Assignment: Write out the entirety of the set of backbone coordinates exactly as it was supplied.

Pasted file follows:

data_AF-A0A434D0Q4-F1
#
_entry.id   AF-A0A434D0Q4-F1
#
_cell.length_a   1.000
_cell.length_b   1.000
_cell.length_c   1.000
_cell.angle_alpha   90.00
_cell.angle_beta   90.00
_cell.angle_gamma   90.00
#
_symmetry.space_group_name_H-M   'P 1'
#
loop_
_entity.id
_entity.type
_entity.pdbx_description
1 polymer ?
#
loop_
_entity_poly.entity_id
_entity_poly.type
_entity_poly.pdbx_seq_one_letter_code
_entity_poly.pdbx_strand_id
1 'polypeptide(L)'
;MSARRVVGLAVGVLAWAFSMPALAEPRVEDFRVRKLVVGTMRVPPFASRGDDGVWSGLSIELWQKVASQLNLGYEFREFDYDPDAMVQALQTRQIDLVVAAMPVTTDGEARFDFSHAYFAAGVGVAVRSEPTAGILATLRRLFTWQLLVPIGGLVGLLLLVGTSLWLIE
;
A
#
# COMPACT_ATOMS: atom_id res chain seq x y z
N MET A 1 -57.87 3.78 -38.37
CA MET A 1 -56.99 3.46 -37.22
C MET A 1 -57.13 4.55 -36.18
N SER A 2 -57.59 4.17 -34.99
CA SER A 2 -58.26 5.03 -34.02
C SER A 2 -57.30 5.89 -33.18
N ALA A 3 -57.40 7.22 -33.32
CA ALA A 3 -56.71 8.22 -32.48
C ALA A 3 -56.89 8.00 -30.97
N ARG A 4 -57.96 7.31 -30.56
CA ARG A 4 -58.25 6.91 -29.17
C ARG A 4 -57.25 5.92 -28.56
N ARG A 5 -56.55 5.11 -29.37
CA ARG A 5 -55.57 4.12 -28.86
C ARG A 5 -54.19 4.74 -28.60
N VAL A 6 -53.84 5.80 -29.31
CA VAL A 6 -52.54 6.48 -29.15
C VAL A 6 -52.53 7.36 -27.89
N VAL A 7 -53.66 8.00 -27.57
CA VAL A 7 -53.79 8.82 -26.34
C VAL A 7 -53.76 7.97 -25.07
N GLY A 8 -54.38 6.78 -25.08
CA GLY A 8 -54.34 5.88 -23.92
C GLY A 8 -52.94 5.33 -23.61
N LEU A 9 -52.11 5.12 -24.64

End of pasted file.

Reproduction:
data_AF-A0A434D0Q4-F1
#
_entry.id   AF-A0A434D0Q4-F1
#
_cell.length_a   1.000
_cell.length_b   1.000
_cell.length_c   1.000
_cell.angle_alpha   90.00
_cell.angle_beta   90.00
_cell.angle_gamma   90.00
#
_symmetry.space_group_name_H-M   'P 1'
#
loop_
_entity.id
_entity.type
_entity.pdbx_description
1 polymer ?
#
loop_
_entity_poly.entity_id
_entity_poly.type
_entity_poly.pdbx_seq_one_letter_code
_entity_poly.pdbx_strand_id
1 'polypeptide(L)'
;MSARRVVGLAVGVLAWAFSMPALAEPRVEDFRVRKLVVGTMRVPPFASRGDDGVWSGLSIELWQKVASQLNLGYEFREFDYDPDAMVQALQTRQIDLVVAAMPVTTDGEARFDFSHAYFAAGVGVAVRSEPTAGILATLRRLFTWQLLVPIGGLVGLLLLVGTSLWLIE
;
A
#
# COMPACT_ATOMS: atom_id res chain seq x y z
N MET A 1 -57.87 3.78 -38.37
CA MET A 1 -56.99 3.46 -37.22
C MET A 1 -57.13 4.55 -36.18
N SER A 2 -57.59 4.17 -34.99
CA SER A 2 -58.26 5.03 -34.02
C SER A 2 -57.30 5.89 -33.18
N ALA A 3 -57.40 7.22 -33.32
CA ALA A 3 -56.71 8.22 -32.48
C ALA A 3 -56.89 8.00 -30.97
N ARG A 4 -57.96 7.31 -30.56
CA ARG A 4 -58.25 6.91 -29.17
C ARG A 4 -57.25 5.92 -28.56
N ARG A 5 -56.55 5.11 -29.37
CA ARG A 5 -55.57 4.12 -28.86
C ARG A 5 -54.19 4.74 -28.60
N VAL A 6 -53.84 5.80 -29.31
CA VAL A 6 -52.54 6.48 -29.15
C VAL A 6 -52.53 7.36 -27.89
N VAL A 7 -53.66 8.00 -27.57
CA VAL A 7 -53.79 8.82 -26.34
C VAL A 7 -53.76 7.97 -25.07
N GLY A 8 -54.38 6.78 -25.08
CA GLY A 8 -54.34 5.88 -23.92
C GLY A 8 -52.94 5.33 -23.61
N LEU A 9 -52.11 5.12 -24.64